The topic Stan chose for this month is “Regular Beer“:
Please write about a regular beer (time to lose the quotation marks). You get to define what that means, but a few possibilities:
* It might be your “go to” beer, brewed commercially or at home. The one you drink regularly.
* I could be a beer your enjoy on a regular special occasion. When in San Francisco I always like to start with draft Anchor Liberty Ale. But it might be your poker night beer.
* It doesn’t have to be a “session beer,” but it can be.
* It probably shouldn’t have an SPE of more than $25 (that’s a very soft number; prices may vary by region and on premise further confuses the matter). Ask yourself, is it what somebody in a Miller High Life TV commercial in the 1970s could afford? Because affordability matters. I’m all for paying a fair price (which can mean higher than we’d like) to assure quality and even more for special beers, but I’m not ready to part with the notion that beer should be an everyman’s drink.
* Brewery size, ownership, nationality do not matter. Brew length doesn’t matter. Ingredients don’t matter. It feels a little strange typing that last sentence, since the Mission Statement here says ingredients matter. But I hope you get the point. I prefer beer that costs a little more because its ingredients cost more, because there’s more labor involved. You don’t have to. Beer should be inclusive.
It’s a great topic and a chewy question to consider and the timing is particularly apropos, as you’ll see in a moment. I’ve been turning this notion of “regular beer” around in my head, looking at it from different angles, and as a result I have at least three answers (solutions? points? is there even a right answer?) that are all perfectly valid.
#1. My Regular Beer is the Irregular Beer. I’m a Beer Geek (though hopefully not a Beer Snob) and my interests and curiosity are always leading me to seek out new beers to try, so as often as not I’m regularly drinking something new or different. A few weeks ago it was Deschutes Brewery‘s Giraffe on Ice Skates (which I apparently haven’t written about yet), yesterday it was Russian River‘s Pliny the Younger. (The timing on this beer showing up on the weekend of the Session about Regular Beer seemed perfect.)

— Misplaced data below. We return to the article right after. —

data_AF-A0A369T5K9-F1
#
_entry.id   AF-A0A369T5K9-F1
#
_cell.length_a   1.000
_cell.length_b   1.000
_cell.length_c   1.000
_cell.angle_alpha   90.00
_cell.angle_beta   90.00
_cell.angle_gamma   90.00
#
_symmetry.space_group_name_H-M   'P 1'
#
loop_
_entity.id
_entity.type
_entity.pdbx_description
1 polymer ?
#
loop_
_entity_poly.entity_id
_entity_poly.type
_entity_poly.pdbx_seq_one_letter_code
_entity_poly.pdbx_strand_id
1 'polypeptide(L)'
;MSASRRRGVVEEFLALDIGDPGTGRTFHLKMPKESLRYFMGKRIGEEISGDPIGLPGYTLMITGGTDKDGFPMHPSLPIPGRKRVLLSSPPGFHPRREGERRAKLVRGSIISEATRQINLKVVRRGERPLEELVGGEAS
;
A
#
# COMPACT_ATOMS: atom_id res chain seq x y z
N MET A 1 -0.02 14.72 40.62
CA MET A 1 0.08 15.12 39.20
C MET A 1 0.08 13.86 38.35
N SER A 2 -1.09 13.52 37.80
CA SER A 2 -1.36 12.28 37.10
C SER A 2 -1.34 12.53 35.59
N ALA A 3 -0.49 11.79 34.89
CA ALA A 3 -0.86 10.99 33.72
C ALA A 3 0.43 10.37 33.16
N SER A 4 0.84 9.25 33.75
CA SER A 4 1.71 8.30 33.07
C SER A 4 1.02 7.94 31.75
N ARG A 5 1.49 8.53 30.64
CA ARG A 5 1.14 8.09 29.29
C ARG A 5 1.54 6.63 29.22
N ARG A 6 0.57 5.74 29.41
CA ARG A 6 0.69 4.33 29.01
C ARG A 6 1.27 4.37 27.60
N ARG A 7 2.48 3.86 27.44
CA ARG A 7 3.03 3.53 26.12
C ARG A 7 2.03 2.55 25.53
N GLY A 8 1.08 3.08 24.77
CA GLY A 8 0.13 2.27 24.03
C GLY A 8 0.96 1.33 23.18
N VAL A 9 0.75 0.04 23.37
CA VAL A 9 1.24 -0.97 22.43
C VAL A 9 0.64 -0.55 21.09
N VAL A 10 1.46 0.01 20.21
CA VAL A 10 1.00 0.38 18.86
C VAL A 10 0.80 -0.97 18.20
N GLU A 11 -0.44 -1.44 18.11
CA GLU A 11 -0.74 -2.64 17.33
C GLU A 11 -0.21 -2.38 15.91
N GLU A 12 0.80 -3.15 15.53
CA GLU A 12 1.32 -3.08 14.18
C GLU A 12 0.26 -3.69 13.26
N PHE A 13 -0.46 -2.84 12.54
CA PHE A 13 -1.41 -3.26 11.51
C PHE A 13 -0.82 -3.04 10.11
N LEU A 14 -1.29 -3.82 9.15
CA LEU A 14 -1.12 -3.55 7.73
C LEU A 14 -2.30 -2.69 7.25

Yes, I wrote “Pliny the Younger“—somehow The Abbey Pub here in Bend was able to get a single five-gallon keg and offered up a special noon tapping: $8.50 for a ten-ounce pour. I’m pretty sure this violates at least two of Stan’s rules listed above for this month’s Session, which I was reflecting upon yesterday as I sipped this beer in an incredibly crowded beer bar with friends, but to a large extent this exemplifies the “Regular Beer” experience for me: seeking out the new and/or special.
(As far as a review for PtY, I’ll have some comments for that in a subsequent post.)
#2. Insofar as having a go-to Regular Beer that I purchase or drink when I’m not seeking out the Irregular, the beer I will usually buy to drink and have on hand for “Regular” occasions is something from Deschutes Brewery, though Deschutes doesn’t get exclusive fridge space—lately I’ve picked up several six-packs of the great Hibernation Ale from Great Divide, for instance.
But Deschutes is local, it’s relatively inexpensive (because it’s local), it’s top-quality, and it’s available in six-packs. I think that’s got to be a defining factor for Regular Beer in this context: sessionable, storable, sensible portions of beer in easy-to-carry containers. (“Sessionable” not necessarily relating to alcohol strength, but for any occasion or gathering casual enough to pick up a sixer for: a party, the Superbowl, family reunion, whatever.)
I’ll be picking up some Deschutes today, most likely: family is coming over for dinner and I need to stock the fridge with something other than bombers of Barleywine.
#3. This will seem utterly at odds with answer #1 (especially to the Beer Snobs but hopefully not the Beer Geeks). My Regular Beer is also unequivocal regular beer: canned pale American macro lager. Given the choice I will usually drink Pabst Blue Ribbon or Hamms (with a nod to this comment) but if something else is offered then I’ll drink that too.
Sure, there are a litany of reasons I can give for this: I’m not a Beer Snob being overly pretentious about beer; “It’s not about the beer, it’s about the beer,” as the late Don Younger would say; as a Beer Geek I strive to drink and experience all kinds of beer, not just the buzz-worthy ones.
The reality is, it’s respecting the beer that’s offered to me. For instance, when we go to my parents’ house, nine times out of ten there is canned macro lager in the fridge: not because my Dad doesn’t like craft beer, but largely because the American lager is what he grew up with and often because it may be an affordability issue. I respect that, and I’m happy to drink the beer that’s offered. It’s the Regular Beer I unreservedly drink when I’m at my parents’.
And frankly sometimes, nothing tickles the beer itch quite like a cold can of lager.